Thoughts on Education Reform
Russell Degnan

Rob urged me recently to write down what I wanted to reform with education. I have decided to embark on another not-quite-abortive multi-part posting because there is an underlying method in some of the madness, and because its my blog.

At the outset, let me summarise some positions I believe in. I can't prove them necessarily, but they inform my opinions on the subject.

Firstly, I believe that (almost) anyone is capable of understanding any subject given sufficient time and background resources, and with sufficient devotion to the task. I believe it because there has been no significant evolution towards particular tasks the brain performs. Each aspect remains part and parcel of basic neurological connections between abstract concepts (poorly understood). Some people make those connections more easily than others, but there is no such thing as being "unable to do math" to quote the most common complaint.

I also believe it because I have seen ostensibly stupid people be amazingly intelligent in fields they devote themselves to. Regularly in fact on sports fields, when the 'natural' intelligence of a player means they are quicker to the ball, well-positioned, and making better decisions.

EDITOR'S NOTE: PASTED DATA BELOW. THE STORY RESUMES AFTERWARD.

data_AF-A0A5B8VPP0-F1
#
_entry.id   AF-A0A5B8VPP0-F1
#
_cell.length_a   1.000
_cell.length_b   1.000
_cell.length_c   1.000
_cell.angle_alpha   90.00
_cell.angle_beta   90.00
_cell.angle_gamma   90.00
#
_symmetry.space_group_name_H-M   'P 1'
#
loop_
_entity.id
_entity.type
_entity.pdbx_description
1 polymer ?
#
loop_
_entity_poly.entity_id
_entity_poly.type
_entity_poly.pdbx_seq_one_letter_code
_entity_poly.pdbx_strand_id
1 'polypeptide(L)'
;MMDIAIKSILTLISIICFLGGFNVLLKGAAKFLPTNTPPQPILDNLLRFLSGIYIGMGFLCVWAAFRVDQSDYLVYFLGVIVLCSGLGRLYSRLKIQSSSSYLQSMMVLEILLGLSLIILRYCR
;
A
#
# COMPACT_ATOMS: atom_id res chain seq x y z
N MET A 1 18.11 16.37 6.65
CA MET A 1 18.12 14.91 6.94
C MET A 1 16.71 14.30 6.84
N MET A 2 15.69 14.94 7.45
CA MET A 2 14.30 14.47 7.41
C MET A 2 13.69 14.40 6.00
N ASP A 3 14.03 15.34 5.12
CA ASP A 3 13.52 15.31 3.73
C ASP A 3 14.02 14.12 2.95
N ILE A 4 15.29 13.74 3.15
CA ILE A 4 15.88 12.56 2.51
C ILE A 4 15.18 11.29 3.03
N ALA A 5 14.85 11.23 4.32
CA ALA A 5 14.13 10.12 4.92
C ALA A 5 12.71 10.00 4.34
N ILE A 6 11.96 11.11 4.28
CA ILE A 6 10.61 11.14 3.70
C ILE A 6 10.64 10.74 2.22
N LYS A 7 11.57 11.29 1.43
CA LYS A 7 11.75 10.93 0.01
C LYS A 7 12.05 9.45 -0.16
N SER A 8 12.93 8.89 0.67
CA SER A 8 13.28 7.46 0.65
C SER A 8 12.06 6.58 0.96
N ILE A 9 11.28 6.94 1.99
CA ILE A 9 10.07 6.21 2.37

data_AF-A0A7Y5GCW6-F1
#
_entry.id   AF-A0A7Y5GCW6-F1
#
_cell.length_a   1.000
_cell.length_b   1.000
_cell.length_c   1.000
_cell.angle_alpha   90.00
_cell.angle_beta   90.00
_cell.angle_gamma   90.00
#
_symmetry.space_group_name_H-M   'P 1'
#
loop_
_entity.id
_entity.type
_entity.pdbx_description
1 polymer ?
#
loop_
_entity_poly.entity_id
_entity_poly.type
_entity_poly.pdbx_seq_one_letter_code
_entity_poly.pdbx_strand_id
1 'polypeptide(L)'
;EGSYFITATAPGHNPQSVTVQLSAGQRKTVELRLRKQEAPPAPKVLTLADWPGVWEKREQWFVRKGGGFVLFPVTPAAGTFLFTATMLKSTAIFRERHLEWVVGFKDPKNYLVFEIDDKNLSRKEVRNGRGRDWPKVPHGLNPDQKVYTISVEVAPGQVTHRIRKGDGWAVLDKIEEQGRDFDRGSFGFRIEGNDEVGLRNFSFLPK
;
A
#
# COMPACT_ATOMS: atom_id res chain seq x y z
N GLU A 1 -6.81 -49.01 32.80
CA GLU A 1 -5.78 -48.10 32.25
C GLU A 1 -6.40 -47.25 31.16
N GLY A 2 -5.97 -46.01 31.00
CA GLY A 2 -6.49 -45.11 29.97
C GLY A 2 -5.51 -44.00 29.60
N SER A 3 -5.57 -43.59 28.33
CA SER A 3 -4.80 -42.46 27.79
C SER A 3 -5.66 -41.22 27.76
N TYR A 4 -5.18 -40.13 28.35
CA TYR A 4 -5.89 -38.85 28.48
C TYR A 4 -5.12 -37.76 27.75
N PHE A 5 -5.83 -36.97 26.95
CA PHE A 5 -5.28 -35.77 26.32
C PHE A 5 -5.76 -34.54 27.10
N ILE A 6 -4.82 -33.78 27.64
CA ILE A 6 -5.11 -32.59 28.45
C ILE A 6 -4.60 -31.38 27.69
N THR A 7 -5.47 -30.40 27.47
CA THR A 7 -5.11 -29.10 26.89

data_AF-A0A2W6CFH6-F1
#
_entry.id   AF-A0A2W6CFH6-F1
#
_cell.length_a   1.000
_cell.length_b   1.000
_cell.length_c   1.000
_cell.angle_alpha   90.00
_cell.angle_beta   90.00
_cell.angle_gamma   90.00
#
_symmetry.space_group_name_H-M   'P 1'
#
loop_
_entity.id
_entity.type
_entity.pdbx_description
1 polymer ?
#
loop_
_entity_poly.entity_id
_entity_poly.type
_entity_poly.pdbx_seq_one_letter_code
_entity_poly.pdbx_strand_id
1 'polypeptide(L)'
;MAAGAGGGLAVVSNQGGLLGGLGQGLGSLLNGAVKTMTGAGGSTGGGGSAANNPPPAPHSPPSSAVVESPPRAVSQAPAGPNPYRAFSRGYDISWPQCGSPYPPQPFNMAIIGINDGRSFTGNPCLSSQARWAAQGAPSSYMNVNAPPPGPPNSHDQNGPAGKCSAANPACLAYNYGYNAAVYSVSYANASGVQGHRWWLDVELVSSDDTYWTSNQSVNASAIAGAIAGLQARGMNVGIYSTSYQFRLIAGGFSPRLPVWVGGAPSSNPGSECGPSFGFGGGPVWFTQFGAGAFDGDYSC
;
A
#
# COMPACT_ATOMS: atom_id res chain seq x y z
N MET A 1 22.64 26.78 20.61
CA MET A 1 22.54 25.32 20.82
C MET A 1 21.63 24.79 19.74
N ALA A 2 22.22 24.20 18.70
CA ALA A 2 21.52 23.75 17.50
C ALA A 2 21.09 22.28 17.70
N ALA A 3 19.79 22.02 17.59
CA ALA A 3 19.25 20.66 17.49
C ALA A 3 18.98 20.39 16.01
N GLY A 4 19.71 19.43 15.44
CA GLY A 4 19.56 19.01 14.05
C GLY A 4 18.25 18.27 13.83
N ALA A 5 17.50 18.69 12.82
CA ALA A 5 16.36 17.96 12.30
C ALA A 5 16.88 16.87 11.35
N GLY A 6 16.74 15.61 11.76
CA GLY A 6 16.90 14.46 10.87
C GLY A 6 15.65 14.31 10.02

Secondly, I believe education is both a means and an end. That it is a means is self-explanatory and uncontroversial. The latter is the subject of the first part. Namely, why breadth matters, and how undervalued it is.

Part 1 - The Way We Learn

First and foremost, it should always be remembered that the brain is not a computer. It can do a reasonable impression, but it is built fundamentally differently. Everything in a computer is precisely defined -- even abstract concepts, they are precisely defined abstractly to their detriment. As near as we can tell, everything in the brain is defined abstractly, in reference to other things.

The primary problem with a lot of teaching is it tries to impart knowledge as if to a computer. It makes sense. A teacher has knowledge they wish to impart, they define that knowledge and disperse it. But knowledge is useless without reference to what it means. Both to use, and to learn.

You could define (imprecisely) three tiers of knowledge.

At bottom, facts (or beliefs) with no supporting theory. 2 + 2 = 4. Tchaikovsky wrote the 1812 Overture. The only Australian poet in Poet's corner is Adam Lindsay Gordon. The brain can be adept at remembering facts, though it can also be vague and unreliable. Facts are useful because they inform more abstract ideas. In some ways we have gone too far in repudiating ROTE learning of basic facts. Because, unless you are being willfully stupid (and everyone is on occasion) it is impossible to simultaneously answer questions of how or why that contradict your position.

But they are also useless, because they are just facts. They don't explain causes or effects, nor inform decisions. They just are. Nor are they a sign of intelligence, some idiot savants can recycle loads of facts; some of the thickest kids at my school could recite the number of every player in the AFL.

What informs decisions are in the middle: the relationships. This is what is taught in schools an universities. That freeways induce more traffic, that for a right angled triangle: c2 = a2 + b2, or even the technique for bowling a cricket ball.